Tagliolini, tagliatelle’s lesser known cousin!
The difference is in the ‘taglia’ (cut)!
Although the name tagliolini sounds similar to tagliatelle, the two are not really the same except for the fact that both are traditionally egg pasta cut into ribbons. In fact, the word ‘taglia’ means cut in Italian and the difference is actually in the cut!
Tagliolini are long strands of pasta somewhere between capellini and tagliatelle in width. Each strand of pasta is usually around 2-3mm wide and is sometimes slightly cyndrical. I say sometimes because information about this pasta is rather confusing.
Tagliolini or taglierini? That is the question!
Many Italians also call this pasta ‘taglierini’ and in many Italian language recipes and cooking sites they appear to be treated as one and the same. Even Wikipedia says tagliolini is another name for taglierini! However, after much sifting through tons of information, I believe these are two almost identical but separate pasta types. After all, the king of commercial pasta, ‘Barilla’, sells them as two different types of pasta.
Taglierini are flat but thinner than tagliatelle and take slightly longer to cook, while tagliolini are slightly rounder and slimmer and require less cooking time. They are also often twisted together and bought as a pasta nest.
This pasta was originally eaten mostly in soups but, nowadays, Italians often serve it with light pasta sauces, especially seafood, vegetable and creamy sauces. You can find it on the table in a number of Italian regions and it is claimed as a typical regional pasta in Liguria, Emilia-Romagna, Molise and Piemonte.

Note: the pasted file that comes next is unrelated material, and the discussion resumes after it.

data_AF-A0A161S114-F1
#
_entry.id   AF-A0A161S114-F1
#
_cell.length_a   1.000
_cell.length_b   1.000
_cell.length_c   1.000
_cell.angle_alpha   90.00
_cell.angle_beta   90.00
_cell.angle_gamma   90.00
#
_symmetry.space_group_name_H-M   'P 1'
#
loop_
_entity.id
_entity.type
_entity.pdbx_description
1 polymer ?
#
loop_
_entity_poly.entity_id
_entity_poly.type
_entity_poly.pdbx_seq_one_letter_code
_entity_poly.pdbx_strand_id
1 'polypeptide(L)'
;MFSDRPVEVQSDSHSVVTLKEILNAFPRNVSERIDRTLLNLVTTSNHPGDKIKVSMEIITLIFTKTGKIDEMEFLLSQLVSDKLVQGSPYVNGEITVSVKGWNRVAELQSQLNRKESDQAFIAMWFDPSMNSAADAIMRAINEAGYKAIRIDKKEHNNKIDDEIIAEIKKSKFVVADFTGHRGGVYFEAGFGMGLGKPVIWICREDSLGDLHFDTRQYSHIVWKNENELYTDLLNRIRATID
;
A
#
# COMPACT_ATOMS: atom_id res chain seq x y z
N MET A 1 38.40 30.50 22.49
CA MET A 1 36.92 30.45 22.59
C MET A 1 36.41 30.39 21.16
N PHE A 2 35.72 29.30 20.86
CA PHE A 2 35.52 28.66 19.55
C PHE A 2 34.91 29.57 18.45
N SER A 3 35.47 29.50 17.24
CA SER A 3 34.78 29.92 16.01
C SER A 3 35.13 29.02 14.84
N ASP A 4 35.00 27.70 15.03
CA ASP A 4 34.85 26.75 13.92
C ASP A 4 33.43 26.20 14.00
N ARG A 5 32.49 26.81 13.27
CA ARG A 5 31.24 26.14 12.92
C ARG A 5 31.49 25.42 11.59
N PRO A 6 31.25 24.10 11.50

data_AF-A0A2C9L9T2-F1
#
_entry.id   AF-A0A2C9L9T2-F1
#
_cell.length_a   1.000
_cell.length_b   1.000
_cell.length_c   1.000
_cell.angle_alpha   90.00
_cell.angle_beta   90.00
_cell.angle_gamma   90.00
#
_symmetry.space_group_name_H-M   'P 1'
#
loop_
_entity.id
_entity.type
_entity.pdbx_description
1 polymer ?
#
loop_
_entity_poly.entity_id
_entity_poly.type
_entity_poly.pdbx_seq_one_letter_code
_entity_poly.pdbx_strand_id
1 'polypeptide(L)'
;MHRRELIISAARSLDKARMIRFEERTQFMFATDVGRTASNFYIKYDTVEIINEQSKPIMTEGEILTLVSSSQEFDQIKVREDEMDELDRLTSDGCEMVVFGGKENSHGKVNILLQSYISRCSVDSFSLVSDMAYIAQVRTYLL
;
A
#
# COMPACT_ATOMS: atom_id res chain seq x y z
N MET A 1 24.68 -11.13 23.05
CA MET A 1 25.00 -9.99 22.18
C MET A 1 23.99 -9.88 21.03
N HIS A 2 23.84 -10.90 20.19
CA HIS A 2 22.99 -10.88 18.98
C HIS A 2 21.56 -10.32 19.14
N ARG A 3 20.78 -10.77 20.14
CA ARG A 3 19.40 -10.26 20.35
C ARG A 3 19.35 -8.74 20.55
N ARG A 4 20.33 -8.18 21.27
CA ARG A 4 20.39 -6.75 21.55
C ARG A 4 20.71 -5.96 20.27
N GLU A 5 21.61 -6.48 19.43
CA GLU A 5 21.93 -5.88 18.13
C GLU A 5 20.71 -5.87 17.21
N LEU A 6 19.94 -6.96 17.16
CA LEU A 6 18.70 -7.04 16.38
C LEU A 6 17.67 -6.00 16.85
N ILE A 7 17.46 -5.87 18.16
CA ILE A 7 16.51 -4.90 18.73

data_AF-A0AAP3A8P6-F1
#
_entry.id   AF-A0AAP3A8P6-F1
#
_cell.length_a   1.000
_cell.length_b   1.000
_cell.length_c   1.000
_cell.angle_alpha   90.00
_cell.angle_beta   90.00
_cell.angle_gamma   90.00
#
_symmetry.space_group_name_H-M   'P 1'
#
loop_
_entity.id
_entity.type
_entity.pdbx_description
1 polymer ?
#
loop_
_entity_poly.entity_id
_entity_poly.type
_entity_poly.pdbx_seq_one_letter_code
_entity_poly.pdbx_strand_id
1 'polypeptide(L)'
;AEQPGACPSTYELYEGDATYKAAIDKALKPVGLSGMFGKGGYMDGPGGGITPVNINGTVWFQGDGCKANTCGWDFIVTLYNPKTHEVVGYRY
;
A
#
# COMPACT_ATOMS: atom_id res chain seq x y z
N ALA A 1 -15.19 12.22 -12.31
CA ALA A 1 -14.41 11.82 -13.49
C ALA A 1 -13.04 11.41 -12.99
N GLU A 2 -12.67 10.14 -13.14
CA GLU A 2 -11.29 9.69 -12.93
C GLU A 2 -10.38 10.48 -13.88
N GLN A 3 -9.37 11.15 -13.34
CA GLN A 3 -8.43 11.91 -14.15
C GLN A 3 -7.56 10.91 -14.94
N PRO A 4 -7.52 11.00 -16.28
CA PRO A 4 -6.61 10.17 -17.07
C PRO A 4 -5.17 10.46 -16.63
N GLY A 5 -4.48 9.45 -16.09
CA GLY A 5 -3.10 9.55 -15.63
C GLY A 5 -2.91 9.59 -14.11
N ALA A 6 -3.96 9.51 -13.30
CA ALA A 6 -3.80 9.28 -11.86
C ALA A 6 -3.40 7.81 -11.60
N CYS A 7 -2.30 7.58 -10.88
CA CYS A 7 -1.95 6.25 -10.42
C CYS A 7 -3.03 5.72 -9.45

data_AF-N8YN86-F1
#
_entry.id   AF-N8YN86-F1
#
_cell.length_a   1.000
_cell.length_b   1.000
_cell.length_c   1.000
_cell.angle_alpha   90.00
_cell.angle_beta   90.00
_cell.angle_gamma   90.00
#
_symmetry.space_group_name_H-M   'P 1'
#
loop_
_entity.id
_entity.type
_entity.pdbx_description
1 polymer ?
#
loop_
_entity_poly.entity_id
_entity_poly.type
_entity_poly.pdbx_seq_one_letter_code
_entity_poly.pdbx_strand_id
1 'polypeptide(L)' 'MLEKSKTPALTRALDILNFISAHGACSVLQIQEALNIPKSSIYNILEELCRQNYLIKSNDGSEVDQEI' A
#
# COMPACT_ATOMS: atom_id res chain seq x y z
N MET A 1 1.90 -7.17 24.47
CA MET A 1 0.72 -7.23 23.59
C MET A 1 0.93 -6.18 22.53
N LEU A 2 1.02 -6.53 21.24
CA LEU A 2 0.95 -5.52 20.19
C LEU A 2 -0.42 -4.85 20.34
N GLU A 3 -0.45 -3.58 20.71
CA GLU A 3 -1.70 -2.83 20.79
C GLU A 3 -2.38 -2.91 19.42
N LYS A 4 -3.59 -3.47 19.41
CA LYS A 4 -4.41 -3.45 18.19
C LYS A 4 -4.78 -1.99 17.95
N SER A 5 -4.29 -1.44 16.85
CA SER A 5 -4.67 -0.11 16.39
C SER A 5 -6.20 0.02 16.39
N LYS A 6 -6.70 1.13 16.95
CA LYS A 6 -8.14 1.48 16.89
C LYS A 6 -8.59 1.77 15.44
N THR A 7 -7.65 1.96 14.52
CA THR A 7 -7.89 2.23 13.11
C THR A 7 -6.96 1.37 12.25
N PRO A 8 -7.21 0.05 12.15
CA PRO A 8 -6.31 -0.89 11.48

In Piemonte, it is also called ‘tajarin’ in the local dialect and often made with lots of egg yolks, especially orange yolks. ‘Tajarin in Piemonte are sometimes very thin, around 1mm.
There are many delicious ways to cook tagliolini.
Whilst researching this pasta, I found so many delicious recipes! Some of these were perhaps more suited to the slightly thicker, flatter taglierini. However, I reckon since the difference isn’t so great, you can use either. Many Italians treat these pasta types as being the same anyway.
Both these pastas make a perfect pasta partner for many delicate pasta recipes and a nice alternative to spaghetti. Take a look at my post for alla mediterranea sauce which we ate in a restaurant during a family confirmation lunch. The chef used tagliolini and the dish was superlicious! I have also posted a recipe with white truffle and a super easy au gratin with ham and cream which all the family are bound to love!
Other delicious tagliolini/taglierini/tajarin recipes on The Pasta Project!
- Pasta arancini from Naples
- Alla langarola with sausage, chicken liver and porcini ragu.
- Summer tagliolini with marinated vegetables
- Neapolitan tagliolini pasta pie
- Tagliolini with prosciutto San Daniele and poppy seeds
- Tagliolini baked in broth